The transmission and reflection spectra of the fabricated structures were measured under normal-to-plane incidence with a FTIR (Fourier transformed Infrared spectrometer) BioRad FTS 60 equipped with a Cassegrain microscope. The FTIR beam was polarized using a KRS5 polarizer adapted to the wavelength region from ~1.5 to 15µm (i.e. to frequencies varying from 20 to 200 THz). A diaphragm was used in such a way as to produce a light spot smaller than 100×100 µm^{2} onto the sample (i.e. smaller than the surface of each periodic structure). Measurements were performed for two field polarizations of the incident beam, the parallel polarization with the illuminating electric field parallel to both the continuous wires and the SRR gaps and the perpendicular polarization with the electric field perpendicular to the continuous wires and SRR gaps. The measured transmission spectra were normalized versus the transmission of an unprocessed part of the silicon substrate. The measured reflection spectra were normalized versus the reflection of a 40 nm thick gold film deposited on silicon.

Numerical simulations of the spectral responses of the four structures were performed with a finite element software (HFSS from Ansoft [17]). Periodic boundary conditions were applied to the lateral sides of the elementary lattice cell (Fig. 1). The silicon substrate was assumed to be lossless with a constant permittivity equal to 11.9. A Drude model was used to simulate the permittivity and loss tangent of the gold wires:

where *ω _{p}* and

*ω*are the plasma and collision frequency of the gold film, respectively. The values of

_{c}*ω*and

_{p}*ω*chosen in the simulations were:

_{c}*ω*=1.367.10

_{p}^{16}s

^{-1}(

*f*=2176 THz) and

_{p}*ω*=6.478 10

_{c}^{13}s

^{-1}(

*f*=10.3 THz). Actually, the collision frequency can be considered to a certain extent as a fit parameter. An increase of the collision frequency results in higher absorption losses of the structures, while it does not change the spectral positions of resonances. The value reported above for

_{c}*ω*is 2.6 times larger than in bulk gold. This increase is supposed to account for additional scattering experienced by electrons at the metal surfaces.

_{c}## 3. Results of measurements and simulations

The results of our measurements and simulations are shown in Fig. 2 for the four structures. Results for the parallel polarization are gathered in the series of figures from (a) to (d). Those for the perpendicular polarization are gathered in the series of figures from (e) to (h). In all these figures, resonances manifest themselves as reflection maxima correlated with transmission minima. A slow decrease (resp. increase) of the transmission level (resp. reflection level) is also observed at low frequencies for the parallel polarization. This latter evolution can be readily attributed to the plasmon-like band associated to the periodic array of continuous wires [8].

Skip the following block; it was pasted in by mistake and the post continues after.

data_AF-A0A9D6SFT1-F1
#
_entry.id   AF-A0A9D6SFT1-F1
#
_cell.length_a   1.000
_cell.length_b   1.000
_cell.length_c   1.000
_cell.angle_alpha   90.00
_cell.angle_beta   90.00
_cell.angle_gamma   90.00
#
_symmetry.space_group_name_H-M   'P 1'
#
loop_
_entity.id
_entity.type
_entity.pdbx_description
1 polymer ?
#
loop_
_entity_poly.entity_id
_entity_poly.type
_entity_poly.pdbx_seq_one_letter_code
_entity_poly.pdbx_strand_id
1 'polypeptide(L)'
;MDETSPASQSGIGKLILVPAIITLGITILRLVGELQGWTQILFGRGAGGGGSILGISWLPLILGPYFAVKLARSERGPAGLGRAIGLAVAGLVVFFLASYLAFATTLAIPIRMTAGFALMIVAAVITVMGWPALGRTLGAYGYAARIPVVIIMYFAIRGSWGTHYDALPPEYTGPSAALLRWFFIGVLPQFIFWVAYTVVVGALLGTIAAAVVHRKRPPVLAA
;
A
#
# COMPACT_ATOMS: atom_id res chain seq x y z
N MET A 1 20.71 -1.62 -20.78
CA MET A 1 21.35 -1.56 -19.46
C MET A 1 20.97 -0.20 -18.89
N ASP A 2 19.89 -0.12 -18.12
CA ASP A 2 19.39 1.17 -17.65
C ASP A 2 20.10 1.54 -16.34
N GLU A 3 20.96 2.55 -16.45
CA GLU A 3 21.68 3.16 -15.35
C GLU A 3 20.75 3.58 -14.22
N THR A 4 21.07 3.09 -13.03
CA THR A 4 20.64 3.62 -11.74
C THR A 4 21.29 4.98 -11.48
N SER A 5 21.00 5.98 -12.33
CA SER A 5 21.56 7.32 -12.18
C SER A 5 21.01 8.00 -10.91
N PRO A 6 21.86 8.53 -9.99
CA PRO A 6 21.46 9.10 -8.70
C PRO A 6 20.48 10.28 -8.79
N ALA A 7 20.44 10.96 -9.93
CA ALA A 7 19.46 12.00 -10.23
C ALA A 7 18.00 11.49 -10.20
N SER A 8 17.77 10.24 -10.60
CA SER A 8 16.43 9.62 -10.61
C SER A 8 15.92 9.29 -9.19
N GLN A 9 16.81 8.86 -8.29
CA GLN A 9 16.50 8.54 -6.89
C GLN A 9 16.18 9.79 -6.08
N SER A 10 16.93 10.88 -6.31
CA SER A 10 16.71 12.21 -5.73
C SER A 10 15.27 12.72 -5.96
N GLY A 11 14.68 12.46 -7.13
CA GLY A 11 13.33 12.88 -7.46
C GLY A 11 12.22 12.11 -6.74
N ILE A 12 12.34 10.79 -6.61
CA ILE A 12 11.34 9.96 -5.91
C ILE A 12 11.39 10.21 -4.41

For the parallel polarization and the structures with the SRRs of larger sizes (structures 1 and 2), two resonances are observed within the spectral window of measurements [Figs. 2(a) and 2(b)]. Only the first resonance is experimentally observed for structures 3 and 4. The SRR resonances actually shift towards higher and higher frequencies as the whole SRR length is decreased. In the same time, their amplitude becomes smaller and smaller. For the first resonance, the maximum reflection R_{max} decreases from ~0.63 to ~0.5 while the minimum reflection R_{min} remains close to ~0.35 [Fig. 2(b)]. Accordingly, the minimum transmission T_{min} increases from ~0.12 to ~0.25 while the maximum transmission T_{max} remains close to ~0.6 [Fig. 2(a)]. It is worthwhile noticing that the values of R and T out of resonance correspond to those expected for a single face of silicon wafer partially covered with ~10–15% of highly reflecting metal. Whereas (R+T) approaches unity in this case (R_{min}+T_{max}~0.95), its smaller value at resonance (R_{max}+T_{min}~0.75) clearly indicates the presence of dissipative losses in metallic elements. The frequency positions of resonances, the values of R and T out of resonance, the values of (R+T) in general as well as the shapes of experimental curves in Figs. 2(a) and 2(b) are very well reproduced by numerical simulations [Figs. 2(c) and 2(d)]. The only discrepancy between experiments and simulations stems from the smaller amplitudes of resonances measured in experiments, especially those at high frequencies. The second resonance predicted at ~180 THz (*λ*~1.7 µm) for structure 3 is even not resolved in the experiments. Actually, minute deviations of the geometry from unit cell to unit cell and particularly residual surface roughness of the SRRs and continuous wires can explain the damping and inhomogeneous broadening of resonances as well as the increasing importance of these effects at high frequencies.